25 computer products that refuse to die

Old computer products, like old soldiers, never die. They stay on the market--even though they haven't been updated in eons

Harvard Graphics

What it was: The first popular presentation-graphics program, released back in 1986 when many of the slides it produced really did end up as slides. For years, it was the flagship product of Software Publishing Corporation, which was forced to run disclaimers explaining that the product had nothing to do with the university of the same name.

What happened: Harvard Graphics was far better than PowerPoint for a long time. Little by little, though, PowerPoint narrowed the gap. In the 1990s, being a only little better than a Microsoft application was a recipe for disaster--especially if your product was a stand-alone application that competed against one that was part of Microsoft Office. In 1994, SPC laid off half its staff; in 1996, it merged with Allegro New Media; in 1998, it released Harvard Graphics 98, its last major upgrade.

Current whereabouts: In 2001, British graphics software developer Serif acquired Harvard Graphics--cheaply, I'll bet--and has kept it kept alive. But it's on life support: Harvard Graphics 98 is still for sale, along with a few other variants. There's no mention of when any of them last got an upgrade, but the fact that Windows Vista isn't mentioned in their hardware requirements isn't a great sign. Nor is the the lack of any reference to the Harvard line in the list of products on Serif's own site.

Sites, Services, and Stores

AltaVista

What it was: A research project at legendary computer company Digital Equipment Corporation that became the first widely popular Web search engine soon after its launch in December, 1995.

What happened: Digital was a strange parent for a search engine, but it did a great job with AltaVista. In 1998, however, it was acquired by Compaq--also a strange parent for a search engine--which tried to turn AltaVista from a search specialist into a Yahoo-like portal. In 2000, Compaq sold it to dot-com investment firm CMGI, which later sold it to Overture Services (the former GoTo.com). In 2003, Overture itself was acquired by Yahoo. By then, AltaVista had lost most of its personality and its users--and Google had grown into a behemoth by being really good at the stuff that AltaVista had pioneered before there was a Google.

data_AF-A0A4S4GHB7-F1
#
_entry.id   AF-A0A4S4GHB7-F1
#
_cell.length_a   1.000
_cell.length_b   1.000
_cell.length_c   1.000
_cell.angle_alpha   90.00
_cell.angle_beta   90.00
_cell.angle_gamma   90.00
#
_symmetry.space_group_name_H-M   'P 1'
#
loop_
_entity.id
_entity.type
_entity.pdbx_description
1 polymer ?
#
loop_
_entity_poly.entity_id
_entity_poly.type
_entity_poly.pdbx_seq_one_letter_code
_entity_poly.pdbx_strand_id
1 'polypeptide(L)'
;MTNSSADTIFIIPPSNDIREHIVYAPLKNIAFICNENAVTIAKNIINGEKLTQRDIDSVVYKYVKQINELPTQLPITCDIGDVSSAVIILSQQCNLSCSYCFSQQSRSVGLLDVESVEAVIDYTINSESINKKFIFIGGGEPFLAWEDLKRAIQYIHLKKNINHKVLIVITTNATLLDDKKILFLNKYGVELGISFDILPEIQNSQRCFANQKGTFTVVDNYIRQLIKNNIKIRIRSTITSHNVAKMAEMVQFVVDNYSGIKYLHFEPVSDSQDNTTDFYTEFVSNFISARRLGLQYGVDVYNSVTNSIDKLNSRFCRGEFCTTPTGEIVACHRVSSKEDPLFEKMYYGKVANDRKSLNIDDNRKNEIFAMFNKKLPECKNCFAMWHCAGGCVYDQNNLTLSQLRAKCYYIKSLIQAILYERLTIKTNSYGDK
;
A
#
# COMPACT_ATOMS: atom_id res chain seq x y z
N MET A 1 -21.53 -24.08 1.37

Current whereabouts: There's still an AltaVista.com, but its traffic is minimal and it seems to be nothing more than a reskinned doppelganger of part of Yahoo (compare this AltaVista query to this Yahoo one). The site that started as a great piece of technology from one of the world's great technology companies is now just a name. Sniff.

Webvan

What it was: A grocery-delivery dot-com service that was famous, at first, for the ambition of its plans, the enormity of their expense, and the impressive resumes of its management team. It was also pretty darn beloved by more than a few folks I know, who loved the quality of its service.

What happened: Spending more than a billion dollars to build cutting-edge warehouses turned out to be an investment that couldn't possibly pay off quickly enough. After a string of other questionable business decisions (when its CEO was ousted, his golden parachute included a $375,000 payment--annually, for life), Webvan declared bankruptcy in 2001.

Current whereabouts: I didn't realize until I began work on this story that Webvan.com still sells groceries--but only nonperishable ones--as an outpost of the Amazon.com empire. Strangely, Amazon has another site, Amazon Fresh, which specializes in delivering stuff that is perishable. Meanwhile, most Americans seem content to get their foodstuffs the old fashioned way, by trudging the aisles of a supermarket with a cart.

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Harry McCracken

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